I last caught up with Yellow6 live (coincidentally) 6 years ago and, coincidentally, that was also at Notting Hill Arts Club. Except in those days it was called the Arts Cafe. What is it with time and my brain? Perhaps it's reaching middle age territory that means one's sense of time all goes to pot, or maybe its the quality of the music that makes it seem only a few months ago that I last experienced Jon Attwood's long-running solo project in a live setting. I'm inclined, for more than one reason, to go for the latter explanation.
Today's gig was part of Rough Trade's free RoTa club held in the Notting High Gate venue late on Saturday afternoons, starting at 4pm and wrapping up by 8pm - before the evening session and paying punters arrive. This is great for Kent-based, tired old codgers like me. It means I get a great day's entertainment and can still get back home in time to put my feet up, have a cup of tea, and still get to bed at a reasonable hour. Rock and roll.
Four acts (all blokes on their tod) were on the roster this weekend, courtesy of label to three of them (Luga, Televise and Yellow6) Distant Noise. The terrific kaleidoscopic projections behind Lewis Broad-Ashman's Luga weren't the only reason to get excited. Luga's synthetic electronic sounds were like the perfect scientific soundtrack to footage of the particle collider at CERN... which, given that's what we were watching, was a nice bit of synergy. A backwash of drifting was well balanced by bassy but mellow beats on top, and at less than half an hour the set was teasingly short.
There was an eleventh hour change to the running order that, with hindsight, was the right decision. Televise had been advertised as the headline act, but Simon Scott's project took a lower key second place on the bill. This was very ambient in the strictest sense of the word, ie it was hard to tell at first when the set actually began. The only (whispered) voice of the day had a touch of novelty value but the laptop, array of effects pedals and, of course, guitar was true to form. Standard fare then for the genre. At its best when the tempo picked up and the strummed acoustic guitar (on the backing track) was up front, this was soothing but somehow not that engaging.
Tim Ingham's Winterlight I wanted to like from the moment I read the name. Satisfyingly this more than lived up to one's hopes. Sepia-tinged film clips of speeded up train journeys created just the right eye candy for the score delivered. The Autobahn-ish opener and its tonal changes were rich, deep and involving. Ingham's self declared soft spot for (the only recently discovered) Ulrich Schnauss was evident. Switching from guitar to keyboard as the sound filled out and picked up pace and momentum, Winterlight's style was markedly more upbeat than the melancholia that typifies his associates.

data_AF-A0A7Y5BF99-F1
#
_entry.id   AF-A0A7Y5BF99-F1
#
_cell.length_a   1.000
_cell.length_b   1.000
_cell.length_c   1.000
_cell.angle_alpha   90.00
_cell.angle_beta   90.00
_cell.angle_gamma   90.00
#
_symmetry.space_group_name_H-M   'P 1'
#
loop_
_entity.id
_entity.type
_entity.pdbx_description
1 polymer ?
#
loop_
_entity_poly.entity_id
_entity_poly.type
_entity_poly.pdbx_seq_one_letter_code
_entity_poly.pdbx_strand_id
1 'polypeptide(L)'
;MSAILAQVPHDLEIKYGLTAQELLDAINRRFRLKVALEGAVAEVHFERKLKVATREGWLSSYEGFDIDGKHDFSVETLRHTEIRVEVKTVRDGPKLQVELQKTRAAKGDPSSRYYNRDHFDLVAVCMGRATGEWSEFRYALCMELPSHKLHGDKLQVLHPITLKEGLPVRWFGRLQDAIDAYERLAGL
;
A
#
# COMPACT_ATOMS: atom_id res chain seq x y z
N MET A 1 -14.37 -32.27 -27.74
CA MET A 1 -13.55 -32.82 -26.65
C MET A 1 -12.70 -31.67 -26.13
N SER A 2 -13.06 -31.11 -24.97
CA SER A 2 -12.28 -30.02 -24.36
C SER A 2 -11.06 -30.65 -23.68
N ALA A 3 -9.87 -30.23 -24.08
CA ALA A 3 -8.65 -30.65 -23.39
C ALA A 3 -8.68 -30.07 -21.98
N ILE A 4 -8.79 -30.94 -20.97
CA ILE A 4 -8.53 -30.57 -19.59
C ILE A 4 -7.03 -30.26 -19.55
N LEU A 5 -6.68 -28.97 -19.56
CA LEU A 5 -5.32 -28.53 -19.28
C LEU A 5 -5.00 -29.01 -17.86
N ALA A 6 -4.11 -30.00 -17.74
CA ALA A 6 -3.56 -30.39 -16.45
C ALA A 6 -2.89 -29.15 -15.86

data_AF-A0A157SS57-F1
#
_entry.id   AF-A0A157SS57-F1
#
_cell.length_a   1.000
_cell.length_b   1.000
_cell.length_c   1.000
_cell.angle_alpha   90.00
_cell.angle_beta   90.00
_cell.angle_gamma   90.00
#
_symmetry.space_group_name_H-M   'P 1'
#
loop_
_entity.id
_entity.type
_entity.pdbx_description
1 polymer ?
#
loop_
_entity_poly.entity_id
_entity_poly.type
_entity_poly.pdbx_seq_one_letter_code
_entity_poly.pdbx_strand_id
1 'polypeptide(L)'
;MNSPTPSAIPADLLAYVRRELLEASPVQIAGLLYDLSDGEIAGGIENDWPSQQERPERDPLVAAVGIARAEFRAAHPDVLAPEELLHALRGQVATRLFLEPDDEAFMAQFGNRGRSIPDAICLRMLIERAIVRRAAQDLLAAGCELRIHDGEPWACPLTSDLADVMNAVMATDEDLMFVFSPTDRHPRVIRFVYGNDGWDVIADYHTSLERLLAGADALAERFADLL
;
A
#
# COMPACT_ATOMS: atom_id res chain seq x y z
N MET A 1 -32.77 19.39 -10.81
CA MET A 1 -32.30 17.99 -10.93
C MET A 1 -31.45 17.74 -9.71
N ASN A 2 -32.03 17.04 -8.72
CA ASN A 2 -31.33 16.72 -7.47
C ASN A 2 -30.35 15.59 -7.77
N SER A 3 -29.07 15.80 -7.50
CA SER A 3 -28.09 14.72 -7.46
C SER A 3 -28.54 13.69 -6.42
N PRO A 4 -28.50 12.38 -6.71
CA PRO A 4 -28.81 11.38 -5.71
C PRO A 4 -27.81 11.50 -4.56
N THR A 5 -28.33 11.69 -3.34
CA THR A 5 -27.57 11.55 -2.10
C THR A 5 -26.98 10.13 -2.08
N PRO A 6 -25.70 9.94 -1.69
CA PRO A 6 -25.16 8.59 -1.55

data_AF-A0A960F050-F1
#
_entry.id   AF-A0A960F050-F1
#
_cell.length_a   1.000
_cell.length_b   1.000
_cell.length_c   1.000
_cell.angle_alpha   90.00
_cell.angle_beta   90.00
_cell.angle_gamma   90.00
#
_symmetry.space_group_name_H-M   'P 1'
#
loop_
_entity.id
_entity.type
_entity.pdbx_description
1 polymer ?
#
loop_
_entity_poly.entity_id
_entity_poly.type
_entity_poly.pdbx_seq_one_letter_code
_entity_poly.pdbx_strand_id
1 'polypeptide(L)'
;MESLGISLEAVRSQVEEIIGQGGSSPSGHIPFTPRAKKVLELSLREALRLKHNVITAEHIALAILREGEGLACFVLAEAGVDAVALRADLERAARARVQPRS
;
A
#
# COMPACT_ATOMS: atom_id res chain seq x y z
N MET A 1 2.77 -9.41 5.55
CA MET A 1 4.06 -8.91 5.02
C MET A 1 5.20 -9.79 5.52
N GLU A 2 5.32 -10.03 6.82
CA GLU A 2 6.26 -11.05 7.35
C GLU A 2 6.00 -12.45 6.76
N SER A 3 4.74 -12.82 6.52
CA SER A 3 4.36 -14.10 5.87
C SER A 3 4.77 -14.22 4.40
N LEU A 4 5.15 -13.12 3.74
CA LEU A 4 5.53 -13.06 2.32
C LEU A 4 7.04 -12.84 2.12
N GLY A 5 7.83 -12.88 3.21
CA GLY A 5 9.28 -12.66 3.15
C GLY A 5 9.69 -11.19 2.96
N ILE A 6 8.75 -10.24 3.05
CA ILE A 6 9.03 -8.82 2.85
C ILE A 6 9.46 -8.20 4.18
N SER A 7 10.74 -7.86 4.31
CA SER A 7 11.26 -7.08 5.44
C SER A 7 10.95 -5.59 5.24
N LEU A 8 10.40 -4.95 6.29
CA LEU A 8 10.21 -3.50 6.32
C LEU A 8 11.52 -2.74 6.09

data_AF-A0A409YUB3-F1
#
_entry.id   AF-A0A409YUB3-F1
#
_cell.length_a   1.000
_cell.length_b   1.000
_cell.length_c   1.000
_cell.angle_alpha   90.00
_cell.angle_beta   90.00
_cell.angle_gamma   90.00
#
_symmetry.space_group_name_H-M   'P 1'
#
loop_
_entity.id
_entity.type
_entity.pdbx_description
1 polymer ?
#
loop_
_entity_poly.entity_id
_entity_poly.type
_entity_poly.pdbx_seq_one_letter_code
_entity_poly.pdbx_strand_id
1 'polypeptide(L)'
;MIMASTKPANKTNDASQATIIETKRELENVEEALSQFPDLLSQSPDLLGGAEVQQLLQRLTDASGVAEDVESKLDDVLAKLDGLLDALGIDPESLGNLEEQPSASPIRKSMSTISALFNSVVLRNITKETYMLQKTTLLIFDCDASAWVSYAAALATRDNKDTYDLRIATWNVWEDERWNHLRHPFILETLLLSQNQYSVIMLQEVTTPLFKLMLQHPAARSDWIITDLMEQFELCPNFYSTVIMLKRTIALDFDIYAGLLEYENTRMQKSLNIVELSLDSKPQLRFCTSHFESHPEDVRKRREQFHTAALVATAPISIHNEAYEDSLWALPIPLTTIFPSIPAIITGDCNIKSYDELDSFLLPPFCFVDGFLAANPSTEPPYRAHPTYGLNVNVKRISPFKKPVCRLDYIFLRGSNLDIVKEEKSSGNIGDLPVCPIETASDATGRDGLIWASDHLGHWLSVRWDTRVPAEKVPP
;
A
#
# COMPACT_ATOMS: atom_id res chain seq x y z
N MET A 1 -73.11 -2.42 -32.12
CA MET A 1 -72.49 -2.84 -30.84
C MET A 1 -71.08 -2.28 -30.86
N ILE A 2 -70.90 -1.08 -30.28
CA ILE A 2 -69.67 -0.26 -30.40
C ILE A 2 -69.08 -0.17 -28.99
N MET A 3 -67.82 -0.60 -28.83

The songs, noticeably shorter than the genre norm, were much 'bigger' than what had gone before and as the afternoon turned into evening it seemed right that Scott had been on before Igham. As the percussion became ever more full-on, the flickering images of brightly coloured night-time cityscapes merged to hypnotic effect. Imagine Air doing Krautrock and you'll begin to get a feel for Winterlight's original take on much explored field. Infectious stuff.
Having just appeared on Wire magazine's Wire Tapper cover CD, and satisfying though it is to know DSO was there a decade or so before Wire, its good to see Attwood's Yellow6 is finally getting the kind of recognition it deserves. Today's set comprised just three tracks - each from the latest two-disc album When The Leaves Fall Like Snow. There was no sense of being short-changed though. Katarinahissen is over thirteen minutes long, Norwest Passage comes in one second shy of eight minutes, and You Can't Be Everywhere He Said, just over eight minutes.
Self described as dalying with ambient, minimalist and Americana, this is undoubtedly music aimed squarely at listening rather than performance. Therefore, anyone hoping to see a dazzling display on the Notting Hill Arts Club's dinky stage would most likely be left wanting. But then they'd probably not be listening to Yellow6 in the first instance.
Concerned about one thing and one thing only, all of Attwood's focus is on the making the music sound the way it should. Bar a scattering of effect pedals, it's just Attwood and his guitar. And that's all it takes to produce that unmistakable Yellow6 sound. This was bold and brave. There was no hiding. No projections, no flashing lights, no distracting paraphenalia whatsoever. Just good music. Attwood needs only his skills as a musician and composer to hold the audiences gaze (and ears). It's called talent. 7/10